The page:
Women urged speak to GP if they've taken common pill

A major safety review has prompted doctors to stop prescribing a popular pill for women and girls in the UK. The pill is used by 30,000 women and girls. New safety measures are being introduced by the MHRA for topiramate.

It follows a review triggered by a new study in Europe. Topiramate , which also goes by the brand name Topamax, is used to treat epilepsy and prevent migraines, reports BristolLive.

Findings from studies were examined by the Commission on Human Medicines (CHM). The studies examined the risks associated with using topiramate during pregnancy.

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It showed that children faced a risk level 'two to three times higher' for intellectual disability, autism spectrum disorders and attention deficit hyperactivity disorder, when born to mothers who took topiramate during pregnancy. The CHM has now made recommendations and the MHRA has issued advice to healthcare professionals that topiramate should not be prescribed to treat epilepsy during pregnancy unless there is no suitable alternative treatment.

Topiramate should already not be used during pregnancy for migraine because of the known link with an increased risk of birth defects. In order to fulfil the conditions of a Pregnancy Prevention Programme, women of childbearing potential must use effective birth control throughout treatment and take a pregnancy test prior to starting topiramate. Healthcare professionals should make patients aware of the risks of the use of the medication during pregnancy.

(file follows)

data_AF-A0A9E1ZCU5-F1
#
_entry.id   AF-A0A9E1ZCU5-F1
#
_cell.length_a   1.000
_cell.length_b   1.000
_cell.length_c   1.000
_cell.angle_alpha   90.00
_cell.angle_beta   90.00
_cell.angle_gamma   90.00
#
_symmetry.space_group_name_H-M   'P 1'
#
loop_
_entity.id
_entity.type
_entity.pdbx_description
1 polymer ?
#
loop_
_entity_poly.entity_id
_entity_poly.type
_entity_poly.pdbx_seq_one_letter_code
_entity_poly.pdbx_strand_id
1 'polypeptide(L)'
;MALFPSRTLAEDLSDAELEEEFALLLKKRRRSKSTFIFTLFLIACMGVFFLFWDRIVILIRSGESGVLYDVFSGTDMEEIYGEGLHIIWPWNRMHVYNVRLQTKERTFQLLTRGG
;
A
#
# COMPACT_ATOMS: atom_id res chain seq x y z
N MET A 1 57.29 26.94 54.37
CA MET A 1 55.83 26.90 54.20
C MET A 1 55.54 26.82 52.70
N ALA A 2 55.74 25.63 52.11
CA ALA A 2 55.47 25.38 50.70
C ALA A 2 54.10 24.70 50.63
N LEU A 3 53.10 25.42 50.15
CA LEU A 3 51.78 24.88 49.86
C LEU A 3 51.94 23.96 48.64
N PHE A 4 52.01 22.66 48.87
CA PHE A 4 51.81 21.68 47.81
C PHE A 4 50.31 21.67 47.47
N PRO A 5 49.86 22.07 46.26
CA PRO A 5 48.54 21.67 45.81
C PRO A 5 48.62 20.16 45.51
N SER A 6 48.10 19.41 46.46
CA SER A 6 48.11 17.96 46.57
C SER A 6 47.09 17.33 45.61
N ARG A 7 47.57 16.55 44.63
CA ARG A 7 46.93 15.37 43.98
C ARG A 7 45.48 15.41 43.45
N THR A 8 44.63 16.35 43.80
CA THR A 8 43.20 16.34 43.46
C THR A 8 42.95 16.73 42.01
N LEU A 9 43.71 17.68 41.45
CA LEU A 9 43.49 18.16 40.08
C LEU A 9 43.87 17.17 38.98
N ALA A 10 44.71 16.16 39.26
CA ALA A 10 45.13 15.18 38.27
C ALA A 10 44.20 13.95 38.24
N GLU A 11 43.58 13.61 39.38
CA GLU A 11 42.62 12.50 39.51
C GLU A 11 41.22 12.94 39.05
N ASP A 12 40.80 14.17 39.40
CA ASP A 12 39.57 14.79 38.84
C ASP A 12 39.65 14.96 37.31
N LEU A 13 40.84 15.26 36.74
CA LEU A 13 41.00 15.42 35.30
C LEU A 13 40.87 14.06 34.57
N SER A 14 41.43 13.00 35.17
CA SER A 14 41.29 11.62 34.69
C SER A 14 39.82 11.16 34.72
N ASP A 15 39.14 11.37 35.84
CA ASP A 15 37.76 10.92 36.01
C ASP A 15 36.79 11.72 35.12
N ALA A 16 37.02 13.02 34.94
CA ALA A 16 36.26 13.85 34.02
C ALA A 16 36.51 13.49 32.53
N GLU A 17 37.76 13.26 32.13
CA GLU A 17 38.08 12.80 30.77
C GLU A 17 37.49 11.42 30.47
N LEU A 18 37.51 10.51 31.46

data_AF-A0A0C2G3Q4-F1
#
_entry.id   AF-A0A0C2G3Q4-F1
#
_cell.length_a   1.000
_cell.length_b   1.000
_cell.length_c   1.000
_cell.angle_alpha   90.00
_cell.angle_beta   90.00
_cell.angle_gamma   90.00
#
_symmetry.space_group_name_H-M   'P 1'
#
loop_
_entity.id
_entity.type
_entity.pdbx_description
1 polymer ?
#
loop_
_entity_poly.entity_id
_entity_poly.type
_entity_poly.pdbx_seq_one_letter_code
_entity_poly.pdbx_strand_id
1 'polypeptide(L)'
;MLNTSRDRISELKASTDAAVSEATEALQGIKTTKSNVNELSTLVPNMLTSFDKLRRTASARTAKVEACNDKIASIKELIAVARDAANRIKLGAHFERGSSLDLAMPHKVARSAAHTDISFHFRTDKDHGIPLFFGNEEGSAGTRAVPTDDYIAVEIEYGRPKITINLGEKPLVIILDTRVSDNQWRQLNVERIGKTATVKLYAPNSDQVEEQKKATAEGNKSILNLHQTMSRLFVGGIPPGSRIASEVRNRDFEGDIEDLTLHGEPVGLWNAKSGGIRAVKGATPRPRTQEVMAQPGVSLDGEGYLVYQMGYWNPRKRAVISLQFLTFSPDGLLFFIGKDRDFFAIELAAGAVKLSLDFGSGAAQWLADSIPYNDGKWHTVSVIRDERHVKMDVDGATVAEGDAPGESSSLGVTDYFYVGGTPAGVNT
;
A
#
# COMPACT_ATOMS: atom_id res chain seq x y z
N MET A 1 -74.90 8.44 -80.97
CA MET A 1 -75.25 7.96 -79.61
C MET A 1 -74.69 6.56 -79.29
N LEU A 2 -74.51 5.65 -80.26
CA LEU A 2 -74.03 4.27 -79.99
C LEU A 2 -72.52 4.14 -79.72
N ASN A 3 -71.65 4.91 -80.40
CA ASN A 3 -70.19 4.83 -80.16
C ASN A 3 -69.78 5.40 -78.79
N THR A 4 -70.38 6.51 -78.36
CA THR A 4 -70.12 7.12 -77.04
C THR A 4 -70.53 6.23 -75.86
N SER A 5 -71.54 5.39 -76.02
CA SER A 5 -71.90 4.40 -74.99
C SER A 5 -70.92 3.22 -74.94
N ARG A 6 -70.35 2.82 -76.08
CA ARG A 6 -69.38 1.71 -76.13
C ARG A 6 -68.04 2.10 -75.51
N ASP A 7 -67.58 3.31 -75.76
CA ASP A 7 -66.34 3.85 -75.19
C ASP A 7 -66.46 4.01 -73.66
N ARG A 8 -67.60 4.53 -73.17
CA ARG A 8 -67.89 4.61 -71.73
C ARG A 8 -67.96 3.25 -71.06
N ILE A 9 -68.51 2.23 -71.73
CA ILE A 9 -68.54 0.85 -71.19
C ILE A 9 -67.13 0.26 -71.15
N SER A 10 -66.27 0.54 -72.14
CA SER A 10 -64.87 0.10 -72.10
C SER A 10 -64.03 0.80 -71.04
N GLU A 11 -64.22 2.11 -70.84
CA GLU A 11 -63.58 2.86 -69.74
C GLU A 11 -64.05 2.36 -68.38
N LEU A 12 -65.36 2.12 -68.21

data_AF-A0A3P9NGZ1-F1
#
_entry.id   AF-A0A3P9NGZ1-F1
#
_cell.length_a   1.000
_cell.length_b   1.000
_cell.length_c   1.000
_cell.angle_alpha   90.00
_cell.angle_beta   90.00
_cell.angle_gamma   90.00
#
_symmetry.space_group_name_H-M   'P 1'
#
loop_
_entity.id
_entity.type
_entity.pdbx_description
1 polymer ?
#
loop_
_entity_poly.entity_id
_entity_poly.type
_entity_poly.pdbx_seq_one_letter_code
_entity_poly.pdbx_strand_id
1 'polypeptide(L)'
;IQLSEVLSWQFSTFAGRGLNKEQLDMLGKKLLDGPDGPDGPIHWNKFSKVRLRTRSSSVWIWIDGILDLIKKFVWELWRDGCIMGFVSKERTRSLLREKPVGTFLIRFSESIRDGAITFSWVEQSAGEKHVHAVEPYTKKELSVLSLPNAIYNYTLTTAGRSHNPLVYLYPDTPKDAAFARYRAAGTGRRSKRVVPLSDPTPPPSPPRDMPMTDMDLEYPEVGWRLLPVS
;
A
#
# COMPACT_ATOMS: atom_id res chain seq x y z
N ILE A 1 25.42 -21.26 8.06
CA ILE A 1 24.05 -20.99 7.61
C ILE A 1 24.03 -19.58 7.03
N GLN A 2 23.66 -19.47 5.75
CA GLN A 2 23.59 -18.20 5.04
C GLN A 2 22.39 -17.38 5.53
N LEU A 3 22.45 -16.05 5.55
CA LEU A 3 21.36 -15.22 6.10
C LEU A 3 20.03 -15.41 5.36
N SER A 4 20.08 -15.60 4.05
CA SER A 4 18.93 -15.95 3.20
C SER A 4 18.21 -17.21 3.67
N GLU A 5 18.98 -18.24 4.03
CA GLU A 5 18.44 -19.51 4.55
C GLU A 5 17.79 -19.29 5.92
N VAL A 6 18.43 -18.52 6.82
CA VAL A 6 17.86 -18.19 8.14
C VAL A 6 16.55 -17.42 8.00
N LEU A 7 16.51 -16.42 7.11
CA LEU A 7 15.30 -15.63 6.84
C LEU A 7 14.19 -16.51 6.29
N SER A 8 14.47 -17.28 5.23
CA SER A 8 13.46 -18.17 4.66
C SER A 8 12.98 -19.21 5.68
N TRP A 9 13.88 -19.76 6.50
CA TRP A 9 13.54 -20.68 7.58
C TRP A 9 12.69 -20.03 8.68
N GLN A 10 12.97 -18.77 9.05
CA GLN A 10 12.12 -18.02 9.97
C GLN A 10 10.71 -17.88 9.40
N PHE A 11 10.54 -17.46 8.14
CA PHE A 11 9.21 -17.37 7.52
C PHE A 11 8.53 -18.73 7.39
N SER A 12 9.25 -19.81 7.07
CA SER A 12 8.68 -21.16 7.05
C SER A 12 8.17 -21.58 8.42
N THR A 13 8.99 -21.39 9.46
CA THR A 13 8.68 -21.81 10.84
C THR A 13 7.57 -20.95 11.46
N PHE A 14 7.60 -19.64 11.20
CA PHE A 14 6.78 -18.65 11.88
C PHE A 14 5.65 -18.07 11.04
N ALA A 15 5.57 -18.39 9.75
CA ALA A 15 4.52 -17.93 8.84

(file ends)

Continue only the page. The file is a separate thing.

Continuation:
Patients are also advised that some birth control methods are less effective than others when using topiramate, and their GP or sexual healthcare practitioner will be able to help advise which birth control is right for them. Topiramate is taken to prevent migraines or for the management of epilepsy and is thought to be prescribed to just over 30,000 female patients under the age of 55 in England in one month, according to the latest data from NHS England.

Prior to the start of the review, topiramate was already known to have risks associated with significant harm during pregnancy, including a higher risk of birth defects and low birth weight. For this reason, patients were previously advised against using it during pregnancy and to use highly effective contraception during treatment.

Pregnant women or those planning to become pregnant, who currently take topiramate for epilepsy, should not stop taking the medication prior to seeking advice from a specialist, as doing so may cause their seizures to start again, happen more often or last longer. If planning to conceive, women should make an appointment with their GP to discuss their treatment options.

A visual warning symbol will be added to the box of all topiramate medicines. This ‘no’ symbol will show a pregnant woman in a red circle with a line through it. This will be accompanied by warning text about the risks.